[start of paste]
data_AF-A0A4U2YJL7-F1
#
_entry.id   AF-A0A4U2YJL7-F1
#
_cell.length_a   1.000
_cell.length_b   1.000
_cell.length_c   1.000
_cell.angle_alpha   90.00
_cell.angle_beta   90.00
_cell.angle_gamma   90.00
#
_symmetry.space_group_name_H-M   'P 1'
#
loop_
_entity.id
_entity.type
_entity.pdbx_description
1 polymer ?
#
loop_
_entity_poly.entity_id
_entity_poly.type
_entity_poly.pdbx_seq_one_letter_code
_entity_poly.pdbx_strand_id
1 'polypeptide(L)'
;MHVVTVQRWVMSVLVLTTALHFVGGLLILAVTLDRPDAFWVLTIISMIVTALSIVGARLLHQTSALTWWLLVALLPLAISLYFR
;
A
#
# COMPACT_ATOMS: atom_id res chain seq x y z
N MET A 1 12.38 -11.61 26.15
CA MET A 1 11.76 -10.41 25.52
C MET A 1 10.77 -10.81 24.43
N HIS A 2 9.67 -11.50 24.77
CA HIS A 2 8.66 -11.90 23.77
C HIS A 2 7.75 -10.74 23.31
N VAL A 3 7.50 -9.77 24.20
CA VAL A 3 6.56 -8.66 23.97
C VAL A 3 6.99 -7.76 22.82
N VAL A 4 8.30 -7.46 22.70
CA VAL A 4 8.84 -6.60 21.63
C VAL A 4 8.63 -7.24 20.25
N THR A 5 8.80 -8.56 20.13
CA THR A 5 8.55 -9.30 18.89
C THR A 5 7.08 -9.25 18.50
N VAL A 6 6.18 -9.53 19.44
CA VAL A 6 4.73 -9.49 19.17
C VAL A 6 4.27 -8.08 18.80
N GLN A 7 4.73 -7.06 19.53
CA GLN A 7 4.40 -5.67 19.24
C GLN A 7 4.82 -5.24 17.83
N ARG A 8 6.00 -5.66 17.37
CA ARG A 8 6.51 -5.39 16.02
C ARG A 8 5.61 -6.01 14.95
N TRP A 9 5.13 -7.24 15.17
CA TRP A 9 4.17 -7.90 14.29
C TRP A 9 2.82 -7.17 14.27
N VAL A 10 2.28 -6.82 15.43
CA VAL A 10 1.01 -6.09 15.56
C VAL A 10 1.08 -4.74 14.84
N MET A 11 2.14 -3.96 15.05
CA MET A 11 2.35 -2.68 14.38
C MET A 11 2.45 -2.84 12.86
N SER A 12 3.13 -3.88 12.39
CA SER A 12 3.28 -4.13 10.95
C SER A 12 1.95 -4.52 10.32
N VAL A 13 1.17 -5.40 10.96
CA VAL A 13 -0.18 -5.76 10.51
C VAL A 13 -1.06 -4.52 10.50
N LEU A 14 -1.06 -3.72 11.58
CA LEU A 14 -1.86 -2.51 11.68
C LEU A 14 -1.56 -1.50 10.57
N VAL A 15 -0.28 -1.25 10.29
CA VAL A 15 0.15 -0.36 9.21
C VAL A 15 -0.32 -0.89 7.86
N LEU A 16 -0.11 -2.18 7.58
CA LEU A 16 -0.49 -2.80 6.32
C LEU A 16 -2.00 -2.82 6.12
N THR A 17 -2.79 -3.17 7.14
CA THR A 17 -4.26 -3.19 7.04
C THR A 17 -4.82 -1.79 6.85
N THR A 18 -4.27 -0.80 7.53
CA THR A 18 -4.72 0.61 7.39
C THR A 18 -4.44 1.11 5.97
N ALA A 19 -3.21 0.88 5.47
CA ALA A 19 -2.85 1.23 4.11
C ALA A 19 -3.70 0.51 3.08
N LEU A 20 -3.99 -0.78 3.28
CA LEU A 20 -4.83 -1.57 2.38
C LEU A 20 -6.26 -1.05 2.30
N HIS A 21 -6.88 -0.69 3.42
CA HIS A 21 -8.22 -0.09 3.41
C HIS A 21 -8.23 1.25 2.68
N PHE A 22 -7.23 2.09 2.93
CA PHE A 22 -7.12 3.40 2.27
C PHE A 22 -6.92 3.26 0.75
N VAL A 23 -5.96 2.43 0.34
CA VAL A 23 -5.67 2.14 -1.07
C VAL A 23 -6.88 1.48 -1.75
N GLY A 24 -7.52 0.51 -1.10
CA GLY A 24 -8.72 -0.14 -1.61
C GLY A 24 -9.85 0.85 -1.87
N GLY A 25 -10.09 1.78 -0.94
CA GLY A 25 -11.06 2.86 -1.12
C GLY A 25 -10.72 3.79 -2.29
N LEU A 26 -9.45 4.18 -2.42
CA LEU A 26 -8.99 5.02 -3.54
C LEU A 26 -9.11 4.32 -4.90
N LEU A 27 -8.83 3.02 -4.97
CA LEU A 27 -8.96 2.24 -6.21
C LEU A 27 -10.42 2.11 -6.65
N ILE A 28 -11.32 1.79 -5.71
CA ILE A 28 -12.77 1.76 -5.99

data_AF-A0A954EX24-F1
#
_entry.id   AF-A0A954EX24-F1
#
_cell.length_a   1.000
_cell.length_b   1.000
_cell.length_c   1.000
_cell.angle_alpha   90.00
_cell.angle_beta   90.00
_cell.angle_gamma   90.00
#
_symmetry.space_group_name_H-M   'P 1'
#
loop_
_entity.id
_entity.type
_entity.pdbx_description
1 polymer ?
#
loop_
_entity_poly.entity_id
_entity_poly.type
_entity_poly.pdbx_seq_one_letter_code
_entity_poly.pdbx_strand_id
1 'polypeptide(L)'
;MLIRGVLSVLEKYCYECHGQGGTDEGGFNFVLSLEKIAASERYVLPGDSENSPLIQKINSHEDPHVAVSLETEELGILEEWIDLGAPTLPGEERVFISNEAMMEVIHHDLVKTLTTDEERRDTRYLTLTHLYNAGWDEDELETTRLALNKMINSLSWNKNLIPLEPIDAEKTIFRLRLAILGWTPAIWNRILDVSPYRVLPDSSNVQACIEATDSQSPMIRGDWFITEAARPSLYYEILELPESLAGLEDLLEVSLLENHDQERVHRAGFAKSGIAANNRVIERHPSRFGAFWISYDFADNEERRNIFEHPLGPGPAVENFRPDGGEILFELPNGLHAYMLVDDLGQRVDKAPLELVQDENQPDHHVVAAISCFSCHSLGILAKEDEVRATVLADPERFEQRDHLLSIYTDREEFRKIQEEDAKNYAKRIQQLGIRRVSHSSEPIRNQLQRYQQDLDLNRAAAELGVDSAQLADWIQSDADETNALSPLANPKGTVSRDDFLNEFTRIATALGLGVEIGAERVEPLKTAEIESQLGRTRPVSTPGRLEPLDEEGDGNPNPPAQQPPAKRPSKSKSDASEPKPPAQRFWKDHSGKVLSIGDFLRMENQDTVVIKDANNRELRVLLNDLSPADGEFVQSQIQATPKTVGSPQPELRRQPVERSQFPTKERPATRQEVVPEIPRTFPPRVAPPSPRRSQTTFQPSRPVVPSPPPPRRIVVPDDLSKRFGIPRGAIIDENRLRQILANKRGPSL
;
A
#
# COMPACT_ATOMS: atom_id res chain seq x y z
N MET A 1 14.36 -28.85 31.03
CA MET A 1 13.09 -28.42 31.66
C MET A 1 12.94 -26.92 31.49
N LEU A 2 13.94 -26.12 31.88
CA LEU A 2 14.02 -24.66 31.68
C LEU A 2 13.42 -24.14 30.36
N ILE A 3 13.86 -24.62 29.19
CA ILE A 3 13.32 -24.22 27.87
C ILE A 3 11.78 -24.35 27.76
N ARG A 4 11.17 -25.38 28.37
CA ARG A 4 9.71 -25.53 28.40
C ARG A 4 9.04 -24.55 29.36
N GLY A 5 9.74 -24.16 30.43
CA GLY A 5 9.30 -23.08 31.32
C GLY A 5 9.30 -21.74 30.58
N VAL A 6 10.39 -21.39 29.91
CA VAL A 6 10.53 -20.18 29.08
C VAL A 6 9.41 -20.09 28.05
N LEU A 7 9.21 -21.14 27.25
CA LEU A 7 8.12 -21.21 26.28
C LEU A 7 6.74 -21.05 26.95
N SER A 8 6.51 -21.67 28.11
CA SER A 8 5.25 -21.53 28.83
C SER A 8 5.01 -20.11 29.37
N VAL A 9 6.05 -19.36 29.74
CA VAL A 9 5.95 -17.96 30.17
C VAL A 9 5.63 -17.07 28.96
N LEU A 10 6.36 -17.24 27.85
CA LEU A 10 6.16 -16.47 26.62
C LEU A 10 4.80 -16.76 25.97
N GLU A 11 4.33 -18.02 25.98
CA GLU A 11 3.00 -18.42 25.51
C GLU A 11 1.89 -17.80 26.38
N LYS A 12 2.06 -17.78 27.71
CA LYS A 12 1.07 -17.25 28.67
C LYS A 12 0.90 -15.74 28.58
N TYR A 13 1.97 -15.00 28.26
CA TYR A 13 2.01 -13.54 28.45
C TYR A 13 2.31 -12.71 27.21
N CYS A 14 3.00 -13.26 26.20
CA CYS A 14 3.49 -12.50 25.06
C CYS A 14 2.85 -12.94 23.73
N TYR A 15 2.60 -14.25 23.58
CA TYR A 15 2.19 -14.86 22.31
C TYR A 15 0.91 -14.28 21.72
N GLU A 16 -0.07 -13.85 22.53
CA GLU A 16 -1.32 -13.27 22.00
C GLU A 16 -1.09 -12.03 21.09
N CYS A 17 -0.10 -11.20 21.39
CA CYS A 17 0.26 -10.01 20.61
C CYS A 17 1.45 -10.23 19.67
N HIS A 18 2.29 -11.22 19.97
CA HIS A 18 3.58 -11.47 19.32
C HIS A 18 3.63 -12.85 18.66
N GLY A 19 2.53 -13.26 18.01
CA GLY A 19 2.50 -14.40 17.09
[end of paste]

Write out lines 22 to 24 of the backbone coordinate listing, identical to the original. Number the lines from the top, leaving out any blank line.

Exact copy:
_entity_poly.type
_entity_poly.pdbx_seq_one_letter_code
_entity_poly.pdbx_strand_id